Nobody ever said going green would be cheap, and unless you own a fleet of these trucks, you’ll have a long time to wait before seeing any real savings.
GM’s full-size pickups got huge makeovers last year, with smoother fascias, tighter panel gaps, and aerodynamic chin spoilers collaborating both to give the trucks better fuel economy ratings and fresher, more upscale appearances. The next thing GM did to get our attention was introduce a full-sizer that was both CNG and ethanol capable, effectively liberating GM customers from the grip of foreign oil to the point that they could drive their three-quarter ton rigs up to 600 miles on just 6 gallons of petroleum gasoline.
Short of GM pulling off the same trick with a physics-busting, quantum-powered EV, what more could we reasonably ask for from the General’s Chevy Silverado / GMC Sierra HD twins?
For starters, we could ask for some serious, Grade-A amenities, and the decidedly upscale Denali versions of the 2014 GMC Sierra HD trucks have all the posh gear and plush leather bits you might expect to find in a $79,000 Cadillac or even more hideously expensive Bentley Continental, plus a few more tricks up its truck sleeves. Tricks like GM’s own, fully-functional Pandora app, which I coo’ed over during my Chevy Colorado “deep dive” last week.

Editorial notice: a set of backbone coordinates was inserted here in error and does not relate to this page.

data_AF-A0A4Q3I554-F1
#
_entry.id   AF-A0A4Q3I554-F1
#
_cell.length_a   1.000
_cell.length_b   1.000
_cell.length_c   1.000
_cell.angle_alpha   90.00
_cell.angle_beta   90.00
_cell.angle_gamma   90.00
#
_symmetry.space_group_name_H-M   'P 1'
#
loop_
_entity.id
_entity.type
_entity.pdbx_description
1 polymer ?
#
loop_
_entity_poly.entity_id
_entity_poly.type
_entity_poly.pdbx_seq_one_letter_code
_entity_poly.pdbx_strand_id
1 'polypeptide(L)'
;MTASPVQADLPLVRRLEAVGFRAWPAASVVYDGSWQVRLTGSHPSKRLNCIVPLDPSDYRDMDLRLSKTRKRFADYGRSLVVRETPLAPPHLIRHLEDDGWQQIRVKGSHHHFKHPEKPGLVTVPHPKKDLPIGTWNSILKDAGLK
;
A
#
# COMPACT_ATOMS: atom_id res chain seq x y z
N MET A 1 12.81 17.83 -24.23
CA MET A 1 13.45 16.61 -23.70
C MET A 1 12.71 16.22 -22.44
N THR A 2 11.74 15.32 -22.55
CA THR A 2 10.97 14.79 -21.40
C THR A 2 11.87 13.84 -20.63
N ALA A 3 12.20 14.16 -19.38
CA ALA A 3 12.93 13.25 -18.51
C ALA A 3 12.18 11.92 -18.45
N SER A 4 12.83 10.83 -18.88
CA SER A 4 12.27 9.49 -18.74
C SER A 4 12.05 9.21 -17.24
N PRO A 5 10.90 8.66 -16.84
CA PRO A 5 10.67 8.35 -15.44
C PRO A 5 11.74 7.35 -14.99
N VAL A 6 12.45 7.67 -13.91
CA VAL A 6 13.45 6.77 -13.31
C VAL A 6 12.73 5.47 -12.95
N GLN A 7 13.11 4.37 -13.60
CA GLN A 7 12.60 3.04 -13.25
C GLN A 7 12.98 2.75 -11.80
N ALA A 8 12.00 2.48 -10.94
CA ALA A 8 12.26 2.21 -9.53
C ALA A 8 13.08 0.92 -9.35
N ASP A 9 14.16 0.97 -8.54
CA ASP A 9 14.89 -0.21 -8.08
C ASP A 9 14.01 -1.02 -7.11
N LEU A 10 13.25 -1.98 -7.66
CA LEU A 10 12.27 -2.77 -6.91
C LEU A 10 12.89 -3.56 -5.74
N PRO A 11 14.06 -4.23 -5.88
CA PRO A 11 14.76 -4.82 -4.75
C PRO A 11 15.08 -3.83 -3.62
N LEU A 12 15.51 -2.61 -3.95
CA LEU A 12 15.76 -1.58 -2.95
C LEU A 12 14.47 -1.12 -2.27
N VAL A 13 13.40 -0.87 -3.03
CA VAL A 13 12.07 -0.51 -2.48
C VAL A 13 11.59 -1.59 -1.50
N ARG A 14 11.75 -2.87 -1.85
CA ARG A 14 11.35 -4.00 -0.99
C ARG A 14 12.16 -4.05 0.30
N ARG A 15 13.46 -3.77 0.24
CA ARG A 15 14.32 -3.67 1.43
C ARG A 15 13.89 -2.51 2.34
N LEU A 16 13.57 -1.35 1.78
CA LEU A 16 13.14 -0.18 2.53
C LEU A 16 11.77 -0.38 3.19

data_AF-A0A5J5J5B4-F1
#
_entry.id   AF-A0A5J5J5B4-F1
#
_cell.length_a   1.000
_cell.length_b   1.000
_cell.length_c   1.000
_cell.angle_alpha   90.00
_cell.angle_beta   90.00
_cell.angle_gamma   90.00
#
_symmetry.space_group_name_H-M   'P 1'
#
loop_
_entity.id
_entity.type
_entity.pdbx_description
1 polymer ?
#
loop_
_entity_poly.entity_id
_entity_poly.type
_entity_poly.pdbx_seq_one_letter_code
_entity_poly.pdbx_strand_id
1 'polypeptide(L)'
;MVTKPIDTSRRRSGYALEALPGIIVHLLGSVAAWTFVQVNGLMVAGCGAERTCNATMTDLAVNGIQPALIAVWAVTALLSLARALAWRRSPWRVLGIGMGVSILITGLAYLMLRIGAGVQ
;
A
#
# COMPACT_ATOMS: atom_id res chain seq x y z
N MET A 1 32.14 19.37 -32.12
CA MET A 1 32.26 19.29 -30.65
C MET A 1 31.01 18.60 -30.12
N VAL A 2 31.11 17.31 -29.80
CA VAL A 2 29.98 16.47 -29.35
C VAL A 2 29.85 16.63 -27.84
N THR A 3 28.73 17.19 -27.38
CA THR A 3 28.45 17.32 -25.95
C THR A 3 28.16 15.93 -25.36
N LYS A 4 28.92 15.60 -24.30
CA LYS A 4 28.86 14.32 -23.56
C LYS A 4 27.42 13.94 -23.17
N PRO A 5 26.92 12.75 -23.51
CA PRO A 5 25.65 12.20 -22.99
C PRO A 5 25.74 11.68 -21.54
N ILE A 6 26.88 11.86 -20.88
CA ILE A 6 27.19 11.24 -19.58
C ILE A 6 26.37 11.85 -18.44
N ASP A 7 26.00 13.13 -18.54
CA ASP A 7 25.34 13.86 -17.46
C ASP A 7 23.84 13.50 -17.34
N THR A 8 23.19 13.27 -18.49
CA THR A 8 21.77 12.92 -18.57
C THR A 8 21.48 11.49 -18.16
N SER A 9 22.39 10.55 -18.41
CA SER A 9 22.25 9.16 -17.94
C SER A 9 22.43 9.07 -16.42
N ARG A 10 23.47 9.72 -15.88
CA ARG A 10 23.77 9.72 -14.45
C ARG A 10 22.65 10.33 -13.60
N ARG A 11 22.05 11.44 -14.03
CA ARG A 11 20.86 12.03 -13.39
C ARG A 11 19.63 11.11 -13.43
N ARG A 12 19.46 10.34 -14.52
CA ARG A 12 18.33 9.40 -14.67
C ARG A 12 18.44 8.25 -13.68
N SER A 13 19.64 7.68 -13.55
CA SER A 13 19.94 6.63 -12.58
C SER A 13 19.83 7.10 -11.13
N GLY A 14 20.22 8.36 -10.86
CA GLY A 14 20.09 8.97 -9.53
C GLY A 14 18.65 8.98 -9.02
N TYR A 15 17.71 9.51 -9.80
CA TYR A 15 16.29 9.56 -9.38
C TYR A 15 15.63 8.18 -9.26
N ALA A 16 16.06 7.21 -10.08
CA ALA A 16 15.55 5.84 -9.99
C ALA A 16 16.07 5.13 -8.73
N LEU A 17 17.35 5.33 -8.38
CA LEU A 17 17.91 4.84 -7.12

Take a look at the new for 2014 GMC Sierra HD trucks in the photo gallery, below, then let us know what you think of GM’s Flex-fuel, Bi-Fuel light truck contenders in the comments section at the bottom of the page.
Photos courtesy of GMC.
The American compact truck market has been largely dead for years, but all that changed with the recent introduction of the new, 2015 GMC Canyon (show here) and Chevy Colorado twins. The new trucks promised a roomier interior than the outgoing models, as well more modern chassis, improved pulling power, and- for the first time since 1983- an American compact pickup truck with diesel power.
The thing is, that diesel’s not just a marketing gimmick. The new 2015 GMC Canyon and Chevy Colorados are serious, big-boy trucks in person, and seem closer in size to the 1992-1996 Ford F-150s than, say, a Ranger.
The GMC Canyon debuted in extended-cab and crew cab iterations at this year’s Detroit Auto Show, and the good people at GM gave us a ton of great photos of the new 2015 GMC Canyon to share with you, below. Take a look at what the new GMC has to offer, ask yourself if you’d buy a GMC Syclone version, then let us know if the GMC is truck enough to take the money you’d saved up for that UK Ford Ranger comments section at the bottom of this page. Enjoy!
2015 GMC Canyon | Exterior
2015 GMC Canyon | Interior
2015 GMC Canyon | Size Comparison
Photos courtesy of GM/GMC.